Charlie Bartlett


by Johnny Web (Uncle Scoopy; Greg Wroblewski)

Charlie Bartlett is a high school comedy which comes off as kind of a cross between Ferris Beuller and Rushmore. The titular hero is a rich kid who has been kicked out of every private prep school he might conceivably go to, thus dooming him to public school, where the somewhat soft-spoken and almost feminine young man shows up the first day carrying a leather attaché case and wearing a blue blazer crowned by a Latin insignia. As you can well imagine, he manages to last about a half hour before having his head stuck in the toilet.

But Charlie is a determined and crafty lad who wants to be liked, so he concocts a plan. He has unlimited access to prescription drugs through his family's psychiatrists, and the bully who stuck Charlie's head in the toilet has what it takes to distribute those drugs, so Charlie proposes a partnership. Charlie soon realizes that he can't just give everyone the same drugs, so he consults with them, determines their symptoms, then repeats those symptoms to one of his mom's many shrinks. Bingo. He's not only the school's drug dealer, but its psychiatrist as well.

Activities like this can't be kept secret very long, so it is inevitable that Charlie will come into conflict with the school's principal, and their relationship will be further strained by the fact that Charlie is dating the principal's daughter.

You're probably thinking that the film sounds like a typical high school comedy, probably a straight-to-vid. It's better than that. Maybe I can convey why by telling you that the film's authority figure is played by Robert Downey Jr., who's not exactly the first person you'd think of when casting a stern authority figure who needs to crush a teenage drug epidemic. Downey's character was once the beloved and cynical history teacher, a job for which he was perfectly suited. He was unwise enough to accept a promotion to principal, a job totally inappropriate for his natural iconoclasm, and the frustration of trying to function in the job drove him deep into the bottle. His wife left him, which drove him deeper into the bottle. As we pick up his story, the only thing he has left in life is his daughter, who is now having sex with the same kid who's disrupting his school, a certain Charlie Bartlett.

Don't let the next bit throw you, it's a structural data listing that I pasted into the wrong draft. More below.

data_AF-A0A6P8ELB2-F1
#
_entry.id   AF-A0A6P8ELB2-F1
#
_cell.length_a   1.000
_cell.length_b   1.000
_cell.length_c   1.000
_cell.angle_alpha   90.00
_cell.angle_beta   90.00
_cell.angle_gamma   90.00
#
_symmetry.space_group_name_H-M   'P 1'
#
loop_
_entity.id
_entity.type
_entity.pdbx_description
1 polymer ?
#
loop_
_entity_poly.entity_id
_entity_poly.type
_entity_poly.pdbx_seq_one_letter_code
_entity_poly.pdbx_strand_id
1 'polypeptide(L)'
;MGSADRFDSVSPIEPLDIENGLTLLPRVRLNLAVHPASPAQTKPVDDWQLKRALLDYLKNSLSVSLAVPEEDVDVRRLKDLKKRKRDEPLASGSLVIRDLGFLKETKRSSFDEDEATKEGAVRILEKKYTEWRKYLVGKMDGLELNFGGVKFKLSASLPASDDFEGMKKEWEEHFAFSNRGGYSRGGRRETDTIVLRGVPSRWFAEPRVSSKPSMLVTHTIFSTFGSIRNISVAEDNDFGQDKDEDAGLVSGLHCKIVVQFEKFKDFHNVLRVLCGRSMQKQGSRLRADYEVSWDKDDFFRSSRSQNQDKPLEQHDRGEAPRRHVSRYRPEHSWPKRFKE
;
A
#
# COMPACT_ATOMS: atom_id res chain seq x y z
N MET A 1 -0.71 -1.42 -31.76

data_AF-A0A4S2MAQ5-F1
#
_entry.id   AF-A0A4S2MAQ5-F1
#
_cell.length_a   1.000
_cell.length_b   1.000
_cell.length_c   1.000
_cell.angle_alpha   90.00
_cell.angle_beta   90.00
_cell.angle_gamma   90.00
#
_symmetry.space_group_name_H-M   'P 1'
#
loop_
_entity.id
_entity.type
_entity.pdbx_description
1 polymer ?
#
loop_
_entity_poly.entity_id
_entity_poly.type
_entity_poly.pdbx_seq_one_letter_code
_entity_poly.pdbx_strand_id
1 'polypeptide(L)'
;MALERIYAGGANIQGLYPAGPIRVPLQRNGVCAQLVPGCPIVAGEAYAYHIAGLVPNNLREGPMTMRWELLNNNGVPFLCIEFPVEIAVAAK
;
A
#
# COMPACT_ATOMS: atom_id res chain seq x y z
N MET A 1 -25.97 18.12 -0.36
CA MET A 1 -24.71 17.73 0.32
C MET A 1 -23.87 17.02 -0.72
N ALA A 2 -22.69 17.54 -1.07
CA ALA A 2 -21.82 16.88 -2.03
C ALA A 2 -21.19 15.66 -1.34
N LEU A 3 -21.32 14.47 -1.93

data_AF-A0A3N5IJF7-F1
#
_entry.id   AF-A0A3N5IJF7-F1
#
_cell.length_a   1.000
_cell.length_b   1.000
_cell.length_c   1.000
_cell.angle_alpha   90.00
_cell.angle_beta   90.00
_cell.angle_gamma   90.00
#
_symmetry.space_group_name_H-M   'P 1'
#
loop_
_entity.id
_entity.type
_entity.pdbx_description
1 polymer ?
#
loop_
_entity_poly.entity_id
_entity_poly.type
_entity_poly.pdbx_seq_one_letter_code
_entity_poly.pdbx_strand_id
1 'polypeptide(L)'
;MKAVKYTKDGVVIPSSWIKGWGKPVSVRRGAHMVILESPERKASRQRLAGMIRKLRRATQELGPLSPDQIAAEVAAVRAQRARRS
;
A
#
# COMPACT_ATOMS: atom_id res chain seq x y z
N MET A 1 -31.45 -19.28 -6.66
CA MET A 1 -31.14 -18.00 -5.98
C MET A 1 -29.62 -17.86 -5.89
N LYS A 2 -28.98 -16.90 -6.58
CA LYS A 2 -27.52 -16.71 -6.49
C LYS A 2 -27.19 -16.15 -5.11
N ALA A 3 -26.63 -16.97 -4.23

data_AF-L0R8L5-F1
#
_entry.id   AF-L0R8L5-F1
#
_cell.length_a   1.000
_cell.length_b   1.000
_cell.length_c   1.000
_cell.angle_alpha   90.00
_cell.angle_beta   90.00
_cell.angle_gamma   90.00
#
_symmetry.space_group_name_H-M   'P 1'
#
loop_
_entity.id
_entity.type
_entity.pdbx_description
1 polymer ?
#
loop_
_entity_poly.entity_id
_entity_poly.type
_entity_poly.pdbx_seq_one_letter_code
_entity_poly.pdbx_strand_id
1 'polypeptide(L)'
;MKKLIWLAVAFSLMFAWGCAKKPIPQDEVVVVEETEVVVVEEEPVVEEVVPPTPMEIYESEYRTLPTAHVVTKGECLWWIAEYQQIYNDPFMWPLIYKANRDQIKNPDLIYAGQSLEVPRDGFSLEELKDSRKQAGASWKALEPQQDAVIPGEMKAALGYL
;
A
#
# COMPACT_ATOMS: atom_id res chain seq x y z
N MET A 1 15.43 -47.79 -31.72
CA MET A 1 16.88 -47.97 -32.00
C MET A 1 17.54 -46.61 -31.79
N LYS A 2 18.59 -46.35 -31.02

By allowing the principal to be a complex and somewhat sympathetic character, the script lifts the film above the level of the usual story about high school rebellion. In fact, the film allows all of the adults to live and breathe. Charlie's mother, although dotty, is also very interesting, kind-hearted and sometimes surprisingly wise. The local police chief prefers cooling off to busting heads. The only cartoon authority figure is a superintendent of schools who is despised by both the kids and the principal. The film can be forgiven that clumsy device for the complexity it exhibits elsewhere.

Unfortunately, the film's successes in characterization are not really matched by its wit. I really wish I could tell you it is a great comedy, because I liked its heart, and I liked its characters. But it isn't. It has a lot of the right ingredients, but it just isn't that funny. The film was originally supposed to be released last summer, but I can see why it was pulled from the summer schedule. It's not a rollicking, low-brow summer comedy, despite its premise. Without the laughs, the film comes up long on teen angst, and plays out as a thoughtful character study disguised as a comedy, kind of like Pump Up the Volume without the edge. If you're OK with that, it's a pleasant way to pass the time.

But if only it had a Spicoli. It coulda binna contenda.


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73 Rotten Tomatoes  (% positive) (of 100)



7.8 IMDB summary (of 10)
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  • Two extras bare their breasts in a completely gratuitous scene. There is no nudity from any of the main characters.


Our Grade:

If you are not familiar with our grading system, you need to read the explanation, because the grading is not linear. For example, by our definition, a C is solid and a C+ is a VERY good movie. There are very few Bs and As. Based on our descriptive system, this film is a:


An entertaining movie, but only funny sporadically.